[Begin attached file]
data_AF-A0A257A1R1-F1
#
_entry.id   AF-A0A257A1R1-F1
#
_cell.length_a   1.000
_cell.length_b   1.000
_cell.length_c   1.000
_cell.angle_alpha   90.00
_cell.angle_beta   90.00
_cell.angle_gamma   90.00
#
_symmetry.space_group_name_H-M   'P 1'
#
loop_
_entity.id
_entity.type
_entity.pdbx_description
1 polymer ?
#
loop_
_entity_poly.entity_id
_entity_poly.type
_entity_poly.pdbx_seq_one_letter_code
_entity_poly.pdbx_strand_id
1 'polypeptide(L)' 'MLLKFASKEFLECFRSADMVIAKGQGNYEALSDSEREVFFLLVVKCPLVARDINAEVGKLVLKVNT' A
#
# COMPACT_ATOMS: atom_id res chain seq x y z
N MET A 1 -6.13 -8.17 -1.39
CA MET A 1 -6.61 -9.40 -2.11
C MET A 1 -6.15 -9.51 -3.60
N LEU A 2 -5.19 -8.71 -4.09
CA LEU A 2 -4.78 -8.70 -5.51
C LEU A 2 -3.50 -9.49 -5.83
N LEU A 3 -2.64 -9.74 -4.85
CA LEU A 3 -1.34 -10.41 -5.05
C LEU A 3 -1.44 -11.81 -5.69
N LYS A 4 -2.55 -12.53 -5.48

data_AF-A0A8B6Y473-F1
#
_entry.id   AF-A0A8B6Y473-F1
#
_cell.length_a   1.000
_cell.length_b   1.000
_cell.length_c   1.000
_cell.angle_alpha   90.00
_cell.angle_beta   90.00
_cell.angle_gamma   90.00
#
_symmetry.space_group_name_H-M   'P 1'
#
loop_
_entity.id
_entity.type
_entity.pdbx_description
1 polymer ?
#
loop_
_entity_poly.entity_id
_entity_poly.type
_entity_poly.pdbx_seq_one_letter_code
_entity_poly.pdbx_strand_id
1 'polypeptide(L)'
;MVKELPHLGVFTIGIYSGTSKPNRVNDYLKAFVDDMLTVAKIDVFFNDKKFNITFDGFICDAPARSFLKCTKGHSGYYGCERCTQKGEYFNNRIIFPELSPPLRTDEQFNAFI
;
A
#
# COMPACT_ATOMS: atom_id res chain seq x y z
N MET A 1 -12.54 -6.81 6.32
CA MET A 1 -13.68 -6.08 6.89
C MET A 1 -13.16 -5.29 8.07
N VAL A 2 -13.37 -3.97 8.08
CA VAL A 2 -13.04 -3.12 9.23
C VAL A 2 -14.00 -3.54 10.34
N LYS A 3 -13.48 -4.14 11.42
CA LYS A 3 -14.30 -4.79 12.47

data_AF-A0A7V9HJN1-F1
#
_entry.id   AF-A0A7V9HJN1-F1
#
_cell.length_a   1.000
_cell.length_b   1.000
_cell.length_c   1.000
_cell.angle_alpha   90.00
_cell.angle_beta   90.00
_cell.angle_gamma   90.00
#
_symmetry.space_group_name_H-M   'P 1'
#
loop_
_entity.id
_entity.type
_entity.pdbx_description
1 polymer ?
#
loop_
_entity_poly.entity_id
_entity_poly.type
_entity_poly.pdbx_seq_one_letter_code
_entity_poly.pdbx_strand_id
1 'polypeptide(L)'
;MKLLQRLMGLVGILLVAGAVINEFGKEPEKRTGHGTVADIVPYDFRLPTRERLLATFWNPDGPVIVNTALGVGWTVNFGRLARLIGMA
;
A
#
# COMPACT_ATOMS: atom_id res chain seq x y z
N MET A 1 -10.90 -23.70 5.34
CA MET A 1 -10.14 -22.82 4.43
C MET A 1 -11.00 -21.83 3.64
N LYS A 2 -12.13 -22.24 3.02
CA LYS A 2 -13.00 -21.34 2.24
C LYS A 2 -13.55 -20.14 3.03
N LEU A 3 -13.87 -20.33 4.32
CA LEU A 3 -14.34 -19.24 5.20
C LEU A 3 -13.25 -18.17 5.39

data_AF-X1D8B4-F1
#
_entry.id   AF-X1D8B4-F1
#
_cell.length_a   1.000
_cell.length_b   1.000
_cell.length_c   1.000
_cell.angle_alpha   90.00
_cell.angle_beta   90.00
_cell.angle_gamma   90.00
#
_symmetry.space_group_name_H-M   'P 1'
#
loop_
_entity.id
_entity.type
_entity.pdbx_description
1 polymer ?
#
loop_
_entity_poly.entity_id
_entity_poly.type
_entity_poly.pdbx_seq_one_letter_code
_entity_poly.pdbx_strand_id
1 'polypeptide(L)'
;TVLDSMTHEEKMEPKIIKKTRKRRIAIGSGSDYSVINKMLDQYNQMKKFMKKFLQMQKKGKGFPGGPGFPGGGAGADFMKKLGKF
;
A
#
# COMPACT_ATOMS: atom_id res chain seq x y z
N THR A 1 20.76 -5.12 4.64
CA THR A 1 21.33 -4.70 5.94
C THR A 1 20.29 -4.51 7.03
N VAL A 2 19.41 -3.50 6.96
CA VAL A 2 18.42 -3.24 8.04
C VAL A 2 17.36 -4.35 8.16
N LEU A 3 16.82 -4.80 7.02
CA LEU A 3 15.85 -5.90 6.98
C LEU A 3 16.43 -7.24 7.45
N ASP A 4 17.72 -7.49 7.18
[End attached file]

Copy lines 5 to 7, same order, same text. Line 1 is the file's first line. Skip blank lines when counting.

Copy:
_cell.length_a   1.000
_cell.length_b   1.000
_cell.length_c   1.000